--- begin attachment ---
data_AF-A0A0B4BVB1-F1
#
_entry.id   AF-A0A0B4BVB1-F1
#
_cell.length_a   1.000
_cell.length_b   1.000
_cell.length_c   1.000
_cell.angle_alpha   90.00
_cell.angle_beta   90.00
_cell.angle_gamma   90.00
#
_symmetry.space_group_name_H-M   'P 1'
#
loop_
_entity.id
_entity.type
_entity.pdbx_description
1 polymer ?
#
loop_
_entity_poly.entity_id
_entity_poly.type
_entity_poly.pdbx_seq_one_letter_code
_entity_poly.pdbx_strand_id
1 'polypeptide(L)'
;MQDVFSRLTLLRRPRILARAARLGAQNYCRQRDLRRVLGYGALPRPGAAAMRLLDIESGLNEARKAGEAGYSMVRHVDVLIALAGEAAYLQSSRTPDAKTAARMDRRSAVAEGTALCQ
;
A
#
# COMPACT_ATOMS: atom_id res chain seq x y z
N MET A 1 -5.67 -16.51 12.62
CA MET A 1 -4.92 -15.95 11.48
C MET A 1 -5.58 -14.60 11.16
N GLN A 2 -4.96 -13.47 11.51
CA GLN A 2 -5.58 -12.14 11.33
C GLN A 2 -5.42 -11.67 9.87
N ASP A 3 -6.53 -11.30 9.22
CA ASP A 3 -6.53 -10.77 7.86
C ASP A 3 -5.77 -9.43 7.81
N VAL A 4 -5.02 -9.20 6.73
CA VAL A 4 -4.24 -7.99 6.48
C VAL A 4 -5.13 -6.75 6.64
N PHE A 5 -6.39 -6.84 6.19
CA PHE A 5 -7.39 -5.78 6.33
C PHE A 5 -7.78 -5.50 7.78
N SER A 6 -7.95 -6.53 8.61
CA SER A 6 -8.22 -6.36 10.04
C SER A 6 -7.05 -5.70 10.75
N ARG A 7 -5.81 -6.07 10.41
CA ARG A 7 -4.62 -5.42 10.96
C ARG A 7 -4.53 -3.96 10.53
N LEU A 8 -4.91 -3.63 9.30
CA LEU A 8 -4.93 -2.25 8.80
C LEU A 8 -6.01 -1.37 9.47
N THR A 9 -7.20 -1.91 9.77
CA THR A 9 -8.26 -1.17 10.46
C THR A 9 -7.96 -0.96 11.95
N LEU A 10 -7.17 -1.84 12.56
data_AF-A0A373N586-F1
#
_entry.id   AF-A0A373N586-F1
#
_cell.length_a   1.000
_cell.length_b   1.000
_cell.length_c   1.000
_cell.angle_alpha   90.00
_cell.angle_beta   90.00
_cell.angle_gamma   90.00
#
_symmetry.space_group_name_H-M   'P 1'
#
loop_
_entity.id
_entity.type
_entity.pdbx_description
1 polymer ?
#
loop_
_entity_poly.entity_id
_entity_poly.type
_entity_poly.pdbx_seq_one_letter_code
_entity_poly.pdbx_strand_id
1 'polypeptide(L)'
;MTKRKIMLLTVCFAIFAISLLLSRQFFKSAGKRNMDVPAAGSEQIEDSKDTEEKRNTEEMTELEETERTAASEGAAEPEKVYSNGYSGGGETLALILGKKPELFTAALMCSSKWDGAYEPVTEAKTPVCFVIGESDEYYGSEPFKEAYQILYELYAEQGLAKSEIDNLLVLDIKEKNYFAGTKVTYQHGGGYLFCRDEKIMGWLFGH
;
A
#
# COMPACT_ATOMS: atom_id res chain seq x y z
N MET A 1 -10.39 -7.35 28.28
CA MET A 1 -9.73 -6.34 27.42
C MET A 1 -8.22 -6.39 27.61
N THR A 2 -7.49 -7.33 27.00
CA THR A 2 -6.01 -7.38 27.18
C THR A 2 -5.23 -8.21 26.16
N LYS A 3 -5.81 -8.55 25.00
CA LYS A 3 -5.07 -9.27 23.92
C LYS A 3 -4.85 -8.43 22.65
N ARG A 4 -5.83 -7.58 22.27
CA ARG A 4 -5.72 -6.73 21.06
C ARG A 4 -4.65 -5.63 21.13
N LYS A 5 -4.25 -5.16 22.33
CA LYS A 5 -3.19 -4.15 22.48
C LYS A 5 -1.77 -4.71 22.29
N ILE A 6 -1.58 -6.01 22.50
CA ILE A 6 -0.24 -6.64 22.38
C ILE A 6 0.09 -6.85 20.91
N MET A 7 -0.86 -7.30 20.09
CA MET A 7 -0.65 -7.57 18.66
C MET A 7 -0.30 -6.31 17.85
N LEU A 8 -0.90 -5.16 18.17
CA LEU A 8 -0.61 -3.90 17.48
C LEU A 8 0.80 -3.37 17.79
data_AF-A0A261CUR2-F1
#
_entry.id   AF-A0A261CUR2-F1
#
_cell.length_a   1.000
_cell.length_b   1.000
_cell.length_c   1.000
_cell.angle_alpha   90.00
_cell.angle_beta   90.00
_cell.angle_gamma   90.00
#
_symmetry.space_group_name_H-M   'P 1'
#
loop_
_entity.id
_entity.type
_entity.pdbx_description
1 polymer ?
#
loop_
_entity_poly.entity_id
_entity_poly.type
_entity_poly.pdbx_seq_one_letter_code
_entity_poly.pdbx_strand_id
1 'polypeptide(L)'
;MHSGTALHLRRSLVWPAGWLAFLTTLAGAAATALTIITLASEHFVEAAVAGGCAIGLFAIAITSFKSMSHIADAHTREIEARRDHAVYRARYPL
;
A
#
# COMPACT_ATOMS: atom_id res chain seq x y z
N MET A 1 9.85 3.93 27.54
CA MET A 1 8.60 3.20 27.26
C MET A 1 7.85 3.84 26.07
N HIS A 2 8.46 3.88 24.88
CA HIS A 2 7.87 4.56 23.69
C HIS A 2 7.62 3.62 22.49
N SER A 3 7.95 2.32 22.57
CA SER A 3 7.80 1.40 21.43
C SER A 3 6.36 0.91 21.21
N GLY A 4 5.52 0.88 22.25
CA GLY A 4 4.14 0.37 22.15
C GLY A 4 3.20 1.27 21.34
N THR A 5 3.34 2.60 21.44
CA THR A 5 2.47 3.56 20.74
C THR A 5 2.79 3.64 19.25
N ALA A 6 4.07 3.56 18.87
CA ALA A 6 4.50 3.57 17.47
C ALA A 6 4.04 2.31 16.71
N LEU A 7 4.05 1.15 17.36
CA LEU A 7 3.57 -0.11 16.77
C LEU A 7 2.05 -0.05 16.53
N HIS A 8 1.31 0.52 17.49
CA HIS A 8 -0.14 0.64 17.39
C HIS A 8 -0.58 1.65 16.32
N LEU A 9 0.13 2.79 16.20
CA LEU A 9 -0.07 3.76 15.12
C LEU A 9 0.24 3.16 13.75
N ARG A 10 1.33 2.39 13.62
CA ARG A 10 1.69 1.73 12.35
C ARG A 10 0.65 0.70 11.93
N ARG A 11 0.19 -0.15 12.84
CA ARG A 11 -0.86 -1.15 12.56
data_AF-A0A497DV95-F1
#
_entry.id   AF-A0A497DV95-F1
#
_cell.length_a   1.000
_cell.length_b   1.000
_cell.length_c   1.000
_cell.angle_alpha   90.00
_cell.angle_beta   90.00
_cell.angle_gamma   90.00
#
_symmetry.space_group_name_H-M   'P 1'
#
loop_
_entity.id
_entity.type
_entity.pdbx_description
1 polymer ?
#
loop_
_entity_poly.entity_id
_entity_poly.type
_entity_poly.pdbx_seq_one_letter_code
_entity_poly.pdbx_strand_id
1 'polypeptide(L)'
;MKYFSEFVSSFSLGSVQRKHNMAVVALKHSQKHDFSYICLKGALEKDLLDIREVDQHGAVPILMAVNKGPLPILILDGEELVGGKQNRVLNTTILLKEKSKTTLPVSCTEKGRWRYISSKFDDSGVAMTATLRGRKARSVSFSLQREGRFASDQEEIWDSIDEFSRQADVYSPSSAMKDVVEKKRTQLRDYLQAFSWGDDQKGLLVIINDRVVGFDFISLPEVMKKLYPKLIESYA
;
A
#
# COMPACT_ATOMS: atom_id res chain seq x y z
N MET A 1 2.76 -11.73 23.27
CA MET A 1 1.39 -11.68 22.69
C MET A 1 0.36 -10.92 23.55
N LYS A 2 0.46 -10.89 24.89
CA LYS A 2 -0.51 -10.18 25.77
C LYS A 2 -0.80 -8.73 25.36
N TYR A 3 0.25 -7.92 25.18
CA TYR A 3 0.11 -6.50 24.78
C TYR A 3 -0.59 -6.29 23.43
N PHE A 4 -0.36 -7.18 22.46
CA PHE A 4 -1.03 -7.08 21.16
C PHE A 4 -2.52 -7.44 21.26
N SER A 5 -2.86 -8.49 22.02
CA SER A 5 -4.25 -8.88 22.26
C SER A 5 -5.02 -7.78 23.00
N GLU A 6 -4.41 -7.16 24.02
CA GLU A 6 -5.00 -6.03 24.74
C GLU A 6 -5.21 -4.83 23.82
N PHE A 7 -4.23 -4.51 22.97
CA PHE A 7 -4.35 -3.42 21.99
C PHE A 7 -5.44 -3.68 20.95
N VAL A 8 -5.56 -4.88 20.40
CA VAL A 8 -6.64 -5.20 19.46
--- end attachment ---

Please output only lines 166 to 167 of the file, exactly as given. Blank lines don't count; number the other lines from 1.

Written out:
C HIS A 8 -0.58 1.65 16.32
N LEU A 9 0.13 2.79 16.20